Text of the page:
Those first results showed a slight lead for former South Bend, Ind., mayor Pete Buttigieg — on one metric, at least. Buttigieg led Sen. Bernie Sanders (I-Vt.) on one of those delegate calculations, state-delegate equivalents, while Sanders led Buttigieg on voter preference estimates. Since state-delegate equivalents were the traditional metric by which victory was assessed, though, Buttigieg had the space to declare some sort of victory. (Not that the lack of data had prevented him from doing so on Monday night.)

The campaign saw immediate benefits, according to top adviser Lis Smith.

Suffolk University, the Boston Globe and WBZ TV are conducting a tracking poll in New Hampshire, the next state to vote. In the poll conducted on Sunday and Monday, Buttigieg earned the support of 11 percent of respondents. In the poll conducted on Tuesday and Wednesday, he'd jumped to 19 percent.

These shifts for Buttigieg are inseparable from the data released by the party. Those machines were hungry for a winner so they could start grinding away, and now they had one.

Remember, though, that Buttigieg was only the leader on that one metric. On others, Sanders performed better. Those initial results did provide some useful information, including about how poorly former vice president Joe Biden had performed. But even if they’d been complete, the split result between Sanders and Buttigieg made establishing the “winner” trickier than it might otherwise be.

It’s important to interject that establishing a concrete winner in this case is an exercise in uselessness. Sanders and Buttigieg, as I wrote on Wednesday morning, essentially tied and will split Iowa’s 41 delegates — 1 percent of the total that will be awarded during the primaries — roughly evenly. We don’t need to know who won since it’s not as though only one of them is moving on to the U.S. Senate, as was the case in Florida in 2018. The Iowa caucuses, instead of being a discrete election, is more like one precinct in the broader, slow-moving national election that are the primaries.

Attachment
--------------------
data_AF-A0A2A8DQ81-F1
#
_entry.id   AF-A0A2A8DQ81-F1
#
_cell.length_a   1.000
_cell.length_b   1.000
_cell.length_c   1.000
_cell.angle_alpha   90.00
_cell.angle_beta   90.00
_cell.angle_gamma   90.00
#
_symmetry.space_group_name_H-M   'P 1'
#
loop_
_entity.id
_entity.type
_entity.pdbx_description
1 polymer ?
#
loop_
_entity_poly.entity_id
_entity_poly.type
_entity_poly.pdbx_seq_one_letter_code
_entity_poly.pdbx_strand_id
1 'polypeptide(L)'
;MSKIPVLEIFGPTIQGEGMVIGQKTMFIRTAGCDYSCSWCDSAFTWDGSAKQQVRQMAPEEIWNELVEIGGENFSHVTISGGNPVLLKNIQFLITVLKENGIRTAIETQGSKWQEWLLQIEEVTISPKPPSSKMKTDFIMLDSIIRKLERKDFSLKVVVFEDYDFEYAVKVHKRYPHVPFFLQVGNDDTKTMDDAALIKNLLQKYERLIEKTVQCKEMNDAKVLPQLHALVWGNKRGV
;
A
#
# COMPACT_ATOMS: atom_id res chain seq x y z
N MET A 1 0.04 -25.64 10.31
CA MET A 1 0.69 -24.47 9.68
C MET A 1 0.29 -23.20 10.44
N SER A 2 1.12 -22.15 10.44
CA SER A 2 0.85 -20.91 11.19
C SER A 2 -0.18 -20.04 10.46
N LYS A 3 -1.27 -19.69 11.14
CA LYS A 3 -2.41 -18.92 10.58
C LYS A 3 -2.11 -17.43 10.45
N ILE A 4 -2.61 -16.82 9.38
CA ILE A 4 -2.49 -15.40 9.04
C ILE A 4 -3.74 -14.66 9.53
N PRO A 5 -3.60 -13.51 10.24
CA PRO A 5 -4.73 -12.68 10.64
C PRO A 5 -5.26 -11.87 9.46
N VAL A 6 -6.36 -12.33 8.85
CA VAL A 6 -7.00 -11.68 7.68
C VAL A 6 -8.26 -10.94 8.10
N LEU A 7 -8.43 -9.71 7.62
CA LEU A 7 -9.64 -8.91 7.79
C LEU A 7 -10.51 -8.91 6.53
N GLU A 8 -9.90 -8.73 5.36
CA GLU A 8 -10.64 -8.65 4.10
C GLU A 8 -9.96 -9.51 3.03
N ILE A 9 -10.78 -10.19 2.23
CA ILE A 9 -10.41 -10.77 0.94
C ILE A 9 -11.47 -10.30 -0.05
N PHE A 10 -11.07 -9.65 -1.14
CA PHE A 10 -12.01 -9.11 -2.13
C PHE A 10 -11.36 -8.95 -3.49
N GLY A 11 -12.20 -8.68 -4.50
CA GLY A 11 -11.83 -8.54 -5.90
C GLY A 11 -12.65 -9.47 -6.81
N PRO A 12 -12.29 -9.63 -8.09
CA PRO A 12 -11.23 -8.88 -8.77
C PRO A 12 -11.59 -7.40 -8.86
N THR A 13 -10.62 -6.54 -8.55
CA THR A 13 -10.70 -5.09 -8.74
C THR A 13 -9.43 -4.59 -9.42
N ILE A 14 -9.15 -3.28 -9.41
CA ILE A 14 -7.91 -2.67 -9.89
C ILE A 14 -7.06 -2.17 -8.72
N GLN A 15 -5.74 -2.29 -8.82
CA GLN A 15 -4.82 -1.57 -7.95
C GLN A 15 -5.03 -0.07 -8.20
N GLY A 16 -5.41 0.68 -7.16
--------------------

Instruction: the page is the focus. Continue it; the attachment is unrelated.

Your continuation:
The results coming in from Iowa that led to the Buttigieg burst were coming in chunks. That itself should trigger warning bells, since some chunks of data can be more representative of the final result than others. Imagine, for example, if most of the votes that had been reported in Florida in 2018 were from the big cities. It would have seemed that Nelson, the Democrat, was faring particularly well. In this case, a big missing chunk was the satellite caucuses introduced this year, a new factor in the contest that was still missing.

On Wednesday evening, a big chunk of those results was reported — and it gave Sanders a big boost in the state-delegate equivalents count. According to the most recent results, with 97 percent of precincts in, Sanders and Buttigieg ran about equally on final voter preference and on that delegate metric. What was functionally a tie on Wednesday morning evolved into a tie in near-literal terms.

The machines, though, were already chugging along.

What would have happened if that first 62 percent of results had included those satellite caucuses but not some area where Buttigieg did well? The first results we got might have shown Sanders with a lead across all three metrics — and made it seem as though his victory was clear-cut. He’d have gotten the benefit of those two days of the machines operating under that assumption. Buttigieg’s strong performance would still have been noteworthy and may have led to a surge in interest, but it would probably have been more muted.

The Iowa Democratic Party layered mistakes on top of mistakes. Its release of incomplete data was a predictable risk, one that had predictable effects. We know from incidents like Florida two years ago that the counting of votes can itself affect perceptions of victory and, in the Iowa caucuses, those perceptions are broadly a much more important result than the delegate assignations themselves. The party tried to wash its hands of analysis of the results in advance, but its power stems directly from the extent to which the world assigns value to what happens in the caucuses. Those machines steamed along with imperfect data, which is a problem, but the party knew the machines were there — needed the machines to be there — when it threw out what it had.

We can’t answer the question now, but it will be worth asking down the road: Which was a more important factor in the Democratic primary process, the views of Iowa voters or the way in which the party revealed those views?